- the Research
Dr Rugg's website outlining his theories about the
Debate Observations about the Voynich manuscript
High quality images from the Voynich manuscript
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Voynich manuscript, illustrated with strange unearthly plants and
sophisticated scenes, has baffled experts since its discovery in
the sixteenth century. It has been described as a 'parchment book'
and dates back to around 1550.
Now a computer expert has suggested the book may be an elaborate
the code of ....
Originally it was thought the manuscript contained a previously
undiscovered language or that it may have been an ancient herbal
However, no one managed to come up with a theory to crack the codes.
Dr Gordon Rugg, a senior lecturer in computer science at Keele University
near Newcastle in North Staffordshire , has devoted his spare time
to try and break the code on the mysterious manuscript and now believes
his theory shows a hoax is entirely possible.
Experts before him had tried to recreate the script using complex
modern code breaking techniques.
Dr Rugg however used a technique which he had developed with Dr
Joanne Hyde, a researcher at Bath University, to re-assess difficult
He found that a possible solution was a 'Cardan grille', which is
a relatively low tech approach.
simple but effective Cardan Grille code-breaking system, as
used by Gordon Rugg
Cardan grille involves putting the script in a table formula, then
placing a piece of card with holes cut out, to replicate words.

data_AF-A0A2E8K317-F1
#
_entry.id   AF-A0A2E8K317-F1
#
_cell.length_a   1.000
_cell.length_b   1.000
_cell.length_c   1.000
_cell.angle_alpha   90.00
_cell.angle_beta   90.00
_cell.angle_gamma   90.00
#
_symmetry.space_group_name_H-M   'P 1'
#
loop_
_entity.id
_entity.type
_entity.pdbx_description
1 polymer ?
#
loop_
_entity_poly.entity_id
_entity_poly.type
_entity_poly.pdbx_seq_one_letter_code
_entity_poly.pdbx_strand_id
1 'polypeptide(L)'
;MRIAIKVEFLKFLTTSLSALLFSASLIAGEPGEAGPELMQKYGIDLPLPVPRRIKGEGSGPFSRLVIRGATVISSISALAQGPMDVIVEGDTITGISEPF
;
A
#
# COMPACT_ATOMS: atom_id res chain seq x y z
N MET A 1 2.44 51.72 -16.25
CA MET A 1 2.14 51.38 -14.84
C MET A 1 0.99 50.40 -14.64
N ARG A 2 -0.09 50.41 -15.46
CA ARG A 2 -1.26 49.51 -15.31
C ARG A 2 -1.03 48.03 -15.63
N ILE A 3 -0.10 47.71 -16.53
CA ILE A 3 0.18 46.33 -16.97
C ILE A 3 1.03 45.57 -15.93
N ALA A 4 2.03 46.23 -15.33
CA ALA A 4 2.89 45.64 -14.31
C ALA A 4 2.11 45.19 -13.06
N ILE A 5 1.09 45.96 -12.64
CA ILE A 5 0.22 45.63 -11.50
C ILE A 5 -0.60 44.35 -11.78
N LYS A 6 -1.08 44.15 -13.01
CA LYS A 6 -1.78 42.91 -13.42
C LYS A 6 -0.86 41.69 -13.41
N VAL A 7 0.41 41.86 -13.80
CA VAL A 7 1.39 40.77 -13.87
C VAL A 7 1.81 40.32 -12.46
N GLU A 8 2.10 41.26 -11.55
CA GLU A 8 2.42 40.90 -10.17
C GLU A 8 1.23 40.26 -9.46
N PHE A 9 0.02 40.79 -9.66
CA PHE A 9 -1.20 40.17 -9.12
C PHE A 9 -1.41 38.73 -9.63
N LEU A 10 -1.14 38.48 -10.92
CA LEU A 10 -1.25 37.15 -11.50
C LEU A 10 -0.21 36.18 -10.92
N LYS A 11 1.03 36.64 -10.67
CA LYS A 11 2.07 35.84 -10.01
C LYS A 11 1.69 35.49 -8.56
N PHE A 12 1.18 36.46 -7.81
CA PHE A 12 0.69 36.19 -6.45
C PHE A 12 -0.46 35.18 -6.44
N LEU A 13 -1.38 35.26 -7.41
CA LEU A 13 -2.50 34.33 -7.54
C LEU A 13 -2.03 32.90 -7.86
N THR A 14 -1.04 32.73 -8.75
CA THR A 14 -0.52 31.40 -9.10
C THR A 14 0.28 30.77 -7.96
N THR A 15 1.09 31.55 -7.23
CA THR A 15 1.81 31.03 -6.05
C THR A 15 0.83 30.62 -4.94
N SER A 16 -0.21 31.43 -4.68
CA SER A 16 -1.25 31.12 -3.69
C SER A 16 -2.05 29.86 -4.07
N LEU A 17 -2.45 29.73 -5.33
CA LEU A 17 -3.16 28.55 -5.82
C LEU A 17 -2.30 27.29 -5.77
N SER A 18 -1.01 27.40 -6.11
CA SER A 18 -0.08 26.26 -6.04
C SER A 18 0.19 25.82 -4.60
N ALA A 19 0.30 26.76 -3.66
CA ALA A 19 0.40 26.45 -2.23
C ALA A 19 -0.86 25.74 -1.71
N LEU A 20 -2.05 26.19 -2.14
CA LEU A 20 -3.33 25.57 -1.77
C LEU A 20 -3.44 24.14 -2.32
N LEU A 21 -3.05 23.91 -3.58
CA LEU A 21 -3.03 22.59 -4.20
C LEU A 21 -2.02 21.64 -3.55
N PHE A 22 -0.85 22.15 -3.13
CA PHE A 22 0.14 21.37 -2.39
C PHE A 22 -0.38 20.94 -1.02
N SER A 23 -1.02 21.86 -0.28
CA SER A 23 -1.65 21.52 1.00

This enabled Dr Rugg to find out the consistency of each letter
and any patterns that were formed.
He found the evidence suggested the manuscript is in fact 'gibberish!'
Rugg says: 'It does not prove indefinitely that the manuscript
is a hoax, but it does mean it is now a possible explanation and
also the most likely one".
It is now thought that the colourful Elizabethan adventurer Edward
Kelley wrote the manuscript some time between 1550-1586, as a hoax
purely for monetary gain.
Edward Kelly was a known con artist, claiming among other things
that he could turn iron into gold and that he communicated with
He wrote a book containing the 'language of the angels', which has
later been discovered as a hoax language.
So convincing was Kelly that he was made a Baron, before been jailed
for fraud, where he escaped by drugging his guards and was never
heard of again.
of a hoax
The manuscript first appeared in the late sixteenth century, when
an unknown seller sold the book to Emperor Rudolph II in Prague
for 600 ducats, the equivalent to about £35,000 today. The
book then passed through the libraries of a number of noble men
before disappearing in the late seventeenth century.
It was not then rediscovered until US book guru Wilfred Voynich
purchased the manuscript in 1912.
manuscript is currently kept in Beinecke Rare Book Library at Yale
University, to which was donated after Voynich's death.
Dr Rugg did his research using images downloaded from the internet,
as a complete copy of the manuscript is available on line.
ALL questions answered
is continuing his work with Dr Joanne Hyde, and they are now applying
for funding to research medical problems, using the same technique
they have developed to try break the code on the manuscript.
However this does not mean the end of the mysterious manuscript.
There are still some unanswered features of 'Voynichese', the name
given to the script, which Laura Aylward, a final year computer
science student of Dr Rugg's, is continuing to research.
Laura is writing computer software that allows the symbols to be
replicated in larger quantities, which may lead to more conflicting
and interesting theories.
We read your article with interest. However we
have now deciphered the manuscript completely, and anyone who
wishes to understand the puzzle can order the result (in English)
from our website.
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